Festival of beginnings ending well

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Festival of beginnings ending well


A musical parade pushes past the festival’s main venues on Cinema Street. Provided by JIFF/[YONHAP]

Amid the fresh green of a long-awaited spring in the small city of Jeonju, North Jeolla, moviegoers old but mostly young were standing in line Sunday as early as 8:30 a.m., waiting for ticketing to begin for the fourth day of the 11th Jeonju International Film Festival.

Most of the advance tickets to the event’s screenings of 209 features and short films had sold out, and these cinephiles, poring over schedules and taking photos, were here to ensure a chance at the 15 percent of tickets reserved for day-of customers.

They were here not to see a new blockbuster or even the sort of big-name films that headline Korea’s top film fest in Busan. Most of Jeonju’s world premieres aren’t glamorous prestige projects. They’re small, low-budget but vibrant affairs like So Joon-moon’s “REC,” about a gay couple in Seoul celebrating their fifth anniversary.

These people were in line for a retrospective of indie documentarian Kim Dong-won, to introduce themselves to South American film, to experience the Korea Film Archive’s latest discoveries from the 1920s and ’30s, or to learn about the filmmaking process one-on-one in seminars and master classes.

The two masters in the spotlight this year were Korea’s Bong Joon-ho of “The Host” and Portugal’s Pedro Costa, who gave the organizers unused clips from his genre-busting fictional documentary “In Vanda’s Room” for use in an art installation on the festival grounds.


Scenes from closing film “To the Sea” by Pedro Gonzalez-Rubio, Jeonju Digital Project film “Hold On, Rosalind!”, “Short! Short! Short!” presentation “Ten Million”

On his second visit to JIFF and his fourth trip to Korea, Costa was heartened by the crowds.

“Jeonju is a very, very special festival,” he said at a press conference Sunday morning. “I had the same impression three years ago, and now it’s even stronger. It’s amazing how many people go and see very different and difficult films. Sometimes I see very strange, experimental stuff sold out.”

As a prelude to his lecture Saturday evening, Bong offered a very unusual screening - the first and last reels of each of his four feature films: “Barking Dogs Never Bite,” “Memories of Murder,” “The Host” and last year’s “Mother.”

It was Bong’s jumping-off point for a discussion of beginnings and endings. Inspiring the theme was a question he’d been asked “hundreds of times” about his most recent film, which begins with the title character, played by Kim Hye-ja, dancing in a field and ends with her dancing on a tour bus with other aging ladies. That question: Why?

“So every time someone asked me the question, I started giving different answers,” Bong said. “And I started thinking about the openings and endings of my previous films.”

Introducing Bong’s class was Jung Soo-won. “I have been a programmer at JIFF for eight years and this is the first time I’ve seen no empty seats at a master class,” she said.

Bong may now seem unusually mainstream for JIFF - but of course, he wasn’t when his debut feature premiered there in 2000, which he remembers fondly as “the first international film festival I was invited to,” and his star was just beginning to rise when he directed “Influenza” for the Jeonju Digital Project in 2004.

That is an annual affair, through which the festival gives three internationally renowned directors 50 million won ($45,000) each to create a digital short. Costa has also participated in a previous iteration of the program.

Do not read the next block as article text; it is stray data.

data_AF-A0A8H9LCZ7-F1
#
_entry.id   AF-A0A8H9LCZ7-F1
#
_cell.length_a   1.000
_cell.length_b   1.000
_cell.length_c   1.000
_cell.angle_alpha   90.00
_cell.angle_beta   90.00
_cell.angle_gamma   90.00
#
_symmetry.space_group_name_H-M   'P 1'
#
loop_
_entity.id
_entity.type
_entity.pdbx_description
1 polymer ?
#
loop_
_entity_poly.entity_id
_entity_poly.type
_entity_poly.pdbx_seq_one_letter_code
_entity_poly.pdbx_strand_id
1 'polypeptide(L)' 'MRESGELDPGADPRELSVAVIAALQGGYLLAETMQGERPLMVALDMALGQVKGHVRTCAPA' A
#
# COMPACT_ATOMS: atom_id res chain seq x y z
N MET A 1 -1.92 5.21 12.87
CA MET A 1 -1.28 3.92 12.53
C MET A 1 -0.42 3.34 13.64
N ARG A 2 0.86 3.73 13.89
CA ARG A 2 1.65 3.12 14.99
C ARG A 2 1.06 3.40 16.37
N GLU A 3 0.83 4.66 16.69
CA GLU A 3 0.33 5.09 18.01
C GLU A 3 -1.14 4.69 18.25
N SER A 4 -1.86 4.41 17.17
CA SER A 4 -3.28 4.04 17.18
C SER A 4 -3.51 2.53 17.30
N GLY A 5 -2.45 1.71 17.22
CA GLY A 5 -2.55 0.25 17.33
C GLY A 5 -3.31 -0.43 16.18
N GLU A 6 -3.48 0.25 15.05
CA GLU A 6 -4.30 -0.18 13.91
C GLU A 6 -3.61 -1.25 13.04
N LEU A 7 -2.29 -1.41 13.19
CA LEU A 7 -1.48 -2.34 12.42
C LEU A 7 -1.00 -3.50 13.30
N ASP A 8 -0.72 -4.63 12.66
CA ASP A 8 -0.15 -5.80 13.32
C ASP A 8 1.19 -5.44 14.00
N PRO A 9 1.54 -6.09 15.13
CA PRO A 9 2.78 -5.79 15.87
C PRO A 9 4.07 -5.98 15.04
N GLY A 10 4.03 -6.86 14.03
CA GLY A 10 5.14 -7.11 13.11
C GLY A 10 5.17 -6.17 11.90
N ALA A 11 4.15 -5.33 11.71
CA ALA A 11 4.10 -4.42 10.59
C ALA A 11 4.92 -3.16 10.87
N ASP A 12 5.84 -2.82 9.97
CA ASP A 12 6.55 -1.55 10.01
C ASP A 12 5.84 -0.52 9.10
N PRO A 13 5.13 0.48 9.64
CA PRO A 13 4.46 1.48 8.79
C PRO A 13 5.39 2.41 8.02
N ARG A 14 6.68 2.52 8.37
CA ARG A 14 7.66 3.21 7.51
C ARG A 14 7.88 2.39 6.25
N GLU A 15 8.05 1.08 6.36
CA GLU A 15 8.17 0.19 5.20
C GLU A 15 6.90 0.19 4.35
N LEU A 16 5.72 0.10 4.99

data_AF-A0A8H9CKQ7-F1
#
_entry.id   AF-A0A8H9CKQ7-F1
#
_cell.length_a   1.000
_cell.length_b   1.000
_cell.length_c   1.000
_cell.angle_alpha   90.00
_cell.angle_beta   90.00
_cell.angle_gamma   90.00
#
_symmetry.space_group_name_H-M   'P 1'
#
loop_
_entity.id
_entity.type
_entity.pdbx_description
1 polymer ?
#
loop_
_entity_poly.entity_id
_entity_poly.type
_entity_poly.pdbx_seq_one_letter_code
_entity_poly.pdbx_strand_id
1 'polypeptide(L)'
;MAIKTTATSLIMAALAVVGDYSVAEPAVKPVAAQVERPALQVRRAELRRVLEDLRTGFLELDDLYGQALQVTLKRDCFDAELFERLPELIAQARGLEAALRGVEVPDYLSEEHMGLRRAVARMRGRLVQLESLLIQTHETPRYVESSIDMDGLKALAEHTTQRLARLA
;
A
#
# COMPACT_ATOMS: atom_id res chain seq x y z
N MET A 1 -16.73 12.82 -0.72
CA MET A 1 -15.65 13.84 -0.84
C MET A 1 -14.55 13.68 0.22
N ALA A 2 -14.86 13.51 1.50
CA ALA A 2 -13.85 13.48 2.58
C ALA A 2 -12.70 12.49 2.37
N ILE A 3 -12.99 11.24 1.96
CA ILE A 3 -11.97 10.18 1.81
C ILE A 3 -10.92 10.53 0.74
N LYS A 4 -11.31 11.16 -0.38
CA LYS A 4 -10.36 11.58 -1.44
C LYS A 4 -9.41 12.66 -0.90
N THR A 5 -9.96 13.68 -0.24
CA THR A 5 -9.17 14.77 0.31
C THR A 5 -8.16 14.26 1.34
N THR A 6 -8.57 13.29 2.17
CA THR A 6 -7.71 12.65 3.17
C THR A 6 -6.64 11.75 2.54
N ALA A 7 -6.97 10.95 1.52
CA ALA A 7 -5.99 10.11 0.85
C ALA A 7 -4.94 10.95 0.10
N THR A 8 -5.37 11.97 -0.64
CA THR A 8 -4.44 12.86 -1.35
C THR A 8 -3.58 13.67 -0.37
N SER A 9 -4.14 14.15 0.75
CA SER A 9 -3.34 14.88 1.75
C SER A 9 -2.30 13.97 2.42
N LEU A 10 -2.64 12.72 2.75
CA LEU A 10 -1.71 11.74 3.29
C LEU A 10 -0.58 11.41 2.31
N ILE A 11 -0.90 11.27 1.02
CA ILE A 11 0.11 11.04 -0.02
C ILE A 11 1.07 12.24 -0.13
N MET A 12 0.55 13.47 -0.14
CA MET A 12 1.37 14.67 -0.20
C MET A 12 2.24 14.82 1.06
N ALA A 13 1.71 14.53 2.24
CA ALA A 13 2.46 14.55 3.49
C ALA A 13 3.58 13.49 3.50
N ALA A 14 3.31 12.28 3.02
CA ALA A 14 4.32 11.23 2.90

This year, the money went to three directors from the Americas: Wisconsin-born avant-garde filmmaker James Benning, Quebecois Denis Cote and Argentinian Matias Pineiro.

“Short! Short! Short!” is the other major piece the festival funded - three short films by independent Korean directors. This year the lucky three were Lee Kyu-man, Kim Tae-gon and Han Ji-hye, who created films in theatrical settings centered on the theme “fantasy and fear.”

Outside on Jeonju’s “Cinema Street,” there was plenty to keep visitors busy, including performances by Clazziquai and other popular bands and family-friendly outdoor screenings in the evenings.

One of the most anticipated screenings ended up not happening: that of revered director Im Kwon-taek’s 101st film, “Dalbit Gireo Origi.” The film, known to center on the traditional Korean craft of hanji paper, will be ready by the end of the month, Im said at a party in the city on Friday.

Final statistics are not yet available (the festival closes tomorrow), but the audience response seems unassailably positive.

“It had a wonderful atmosphere, people were exceedingly friendly, they had translators at almost all the events that did a superb job,” said Jonathan Pais, an English teacher based in Busan. “I like that the focus is on independent cinema, art cinema, and I think they had a really good selection. It’s a great city. I want to go back soon.”


Directors Bong Joon-ho, left, and Pedro Costa, right, speak at a press conference Sunday about their master classes at the 11th Jeonju International Film Festival. [YONHAP]

Thinking back to his debut “Barking Dogs Never Bite,” which begins with a shot of “just leaves and a dog barking,” director Bong Joon-ho implicitly compared filmmakers to serial killers - a subject that seems to keep popping up in his work.

Watching the film again, “I was reminded of ‘Silence of the Lambs,’” Bong said.

“Where Hannibal Lecter is telling Clarice how Buffalo Bill selects his victims. He says you start by coveting what you see... The killer lives near the first victim.”

Similarly, he said, the shot out the window was one he’d wanted to capture for years, when he was stuck indoors in a city apartment during the day.

By Ben Applegate [bapplegate@gmail.com]
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